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EV charger security

The BBC ran a piece on domestic EV charger security: Home car charger owners urged to install updates - BBC News. As always, there’s a lot more info from the horses mouth: Smart car chargers. Plug-n-play for hackers? | Pen Test Partners.

An EmonEVSE wasn’t reviewed, but a wallbox was which contains a Pi compute module. This is what PTP said: “We love the Pi, but in our opinion it’s not suitable for commercial use in public devices as it is very difficult to fully secure it against recovery of stored data.

A couple of other systems also use a Raspberry Pi, which the pen testers weren’t that happy about.

I’m not sure where I’m going with this post, other than to bring to our attention. I think as tinkerers, we’re in a good position because there are more eyes on code and systems. But I guess it always helps to be vigilant.

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This topic was also brought up on SpeakEV forums. A lot of users took the BBC Click report as “FUD” but IT security issues always need to be addressed for any internet connected device, whether it be EV tech or otherwise.

If we were to look at the EmonEVSE/OpenEVSE products, and break each risk down:

1- Mallicious activity by physical access.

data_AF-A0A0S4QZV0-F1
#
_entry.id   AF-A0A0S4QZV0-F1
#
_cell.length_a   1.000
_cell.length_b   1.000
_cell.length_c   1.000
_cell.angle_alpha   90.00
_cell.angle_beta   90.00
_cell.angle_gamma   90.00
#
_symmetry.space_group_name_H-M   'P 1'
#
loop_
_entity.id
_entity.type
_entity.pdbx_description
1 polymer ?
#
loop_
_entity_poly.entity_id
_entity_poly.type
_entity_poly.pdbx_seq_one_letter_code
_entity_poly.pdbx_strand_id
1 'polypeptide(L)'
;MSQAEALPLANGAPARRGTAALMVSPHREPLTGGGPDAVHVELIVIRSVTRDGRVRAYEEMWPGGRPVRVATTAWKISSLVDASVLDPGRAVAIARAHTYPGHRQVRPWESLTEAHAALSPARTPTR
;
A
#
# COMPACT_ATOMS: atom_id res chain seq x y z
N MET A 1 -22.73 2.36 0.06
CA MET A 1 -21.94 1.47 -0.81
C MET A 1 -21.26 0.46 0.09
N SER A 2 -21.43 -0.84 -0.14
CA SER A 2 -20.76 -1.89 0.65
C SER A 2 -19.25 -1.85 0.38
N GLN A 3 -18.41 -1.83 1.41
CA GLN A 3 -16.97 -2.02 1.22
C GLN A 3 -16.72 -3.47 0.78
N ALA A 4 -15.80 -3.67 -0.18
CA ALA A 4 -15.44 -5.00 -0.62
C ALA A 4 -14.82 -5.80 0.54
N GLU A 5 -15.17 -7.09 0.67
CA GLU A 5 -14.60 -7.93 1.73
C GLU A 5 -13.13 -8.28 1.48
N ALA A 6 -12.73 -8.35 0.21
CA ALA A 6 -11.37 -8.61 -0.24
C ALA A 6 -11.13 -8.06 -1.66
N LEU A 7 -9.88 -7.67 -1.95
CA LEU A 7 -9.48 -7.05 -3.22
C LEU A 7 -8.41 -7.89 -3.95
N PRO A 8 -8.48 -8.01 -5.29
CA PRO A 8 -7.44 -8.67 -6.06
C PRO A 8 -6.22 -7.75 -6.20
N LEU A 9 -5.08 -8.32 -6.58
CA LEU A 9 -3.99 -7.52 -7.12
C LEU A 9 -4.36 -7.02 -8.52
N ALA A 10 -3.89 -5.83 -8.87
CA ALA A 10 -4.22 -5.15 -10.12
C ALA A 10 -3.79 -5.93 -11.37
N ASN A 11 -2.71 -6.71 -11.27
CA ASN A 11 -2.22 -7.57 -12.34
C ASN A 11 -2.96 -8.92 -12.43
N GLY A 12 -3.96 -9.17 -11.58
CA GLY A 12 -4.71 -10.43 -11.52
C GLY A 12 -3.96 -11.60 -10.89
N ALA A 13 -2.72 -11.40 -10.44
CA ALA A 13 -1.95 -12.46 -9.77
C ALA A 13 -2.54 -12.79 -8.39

The likelyhood of anyone creeping up onto a driveway to open up a live EVSE box, OpenEVSE based or otherwise is going to be very slim. No bad actor wants to be seen to be sat on your driveway, laptop in tow, trying to do something naughty with an EVSE and risk electrocution in the process! Assuming someone has physically opened up the EVSE. What can they do?

Well, being a modular design, it would be possible to override the contactor to initiate a free charge by applying 230v directly to the coil contactor, working live. You’d be nuts to do that and utterly desperate for a charge. Incredibly unlikely!

Access to home network. If the OpenEVSE/EmonEVSE has an Ethernet connection, you could unplug the onboard Olimex Ethernet board and connect that Ethernet cable to a laptop and, depending on the LAN configuration, access other devices on the network. Again, it would be unlikely to happen as the attacker would easily be spotted doing this. The risk vs reward balance is heavily against the attacker.

If there is an ESP32 WiFi board - I don’t know if the contents of the Flash memory are encrypted or not to gain the WiFi password etc, but in theory it is also possible to Flash new software onto that ESP32 if you are again sat on the driveway, laptop and cable in tow. Very unlikely, as above.

OpenEVSE/EmonEVSEs with a physical button - that button can allow local control to initiate a charge outside the timer schedule for example by someone wanting to “steal electricity” but equally the button can be disabled in software.

2 - Mallicious activity by nearby WiFi access.
If the attacker was nearby and gained access to the WiFi network, then it would be possible to control the EVSE, flash different software to it etc. If an attacker is on your WiFI network, you have bigger problems to worry about than just the EVSE! That’s not the EVSE’s fault.

3 - Remote access from elsewhere on the internet.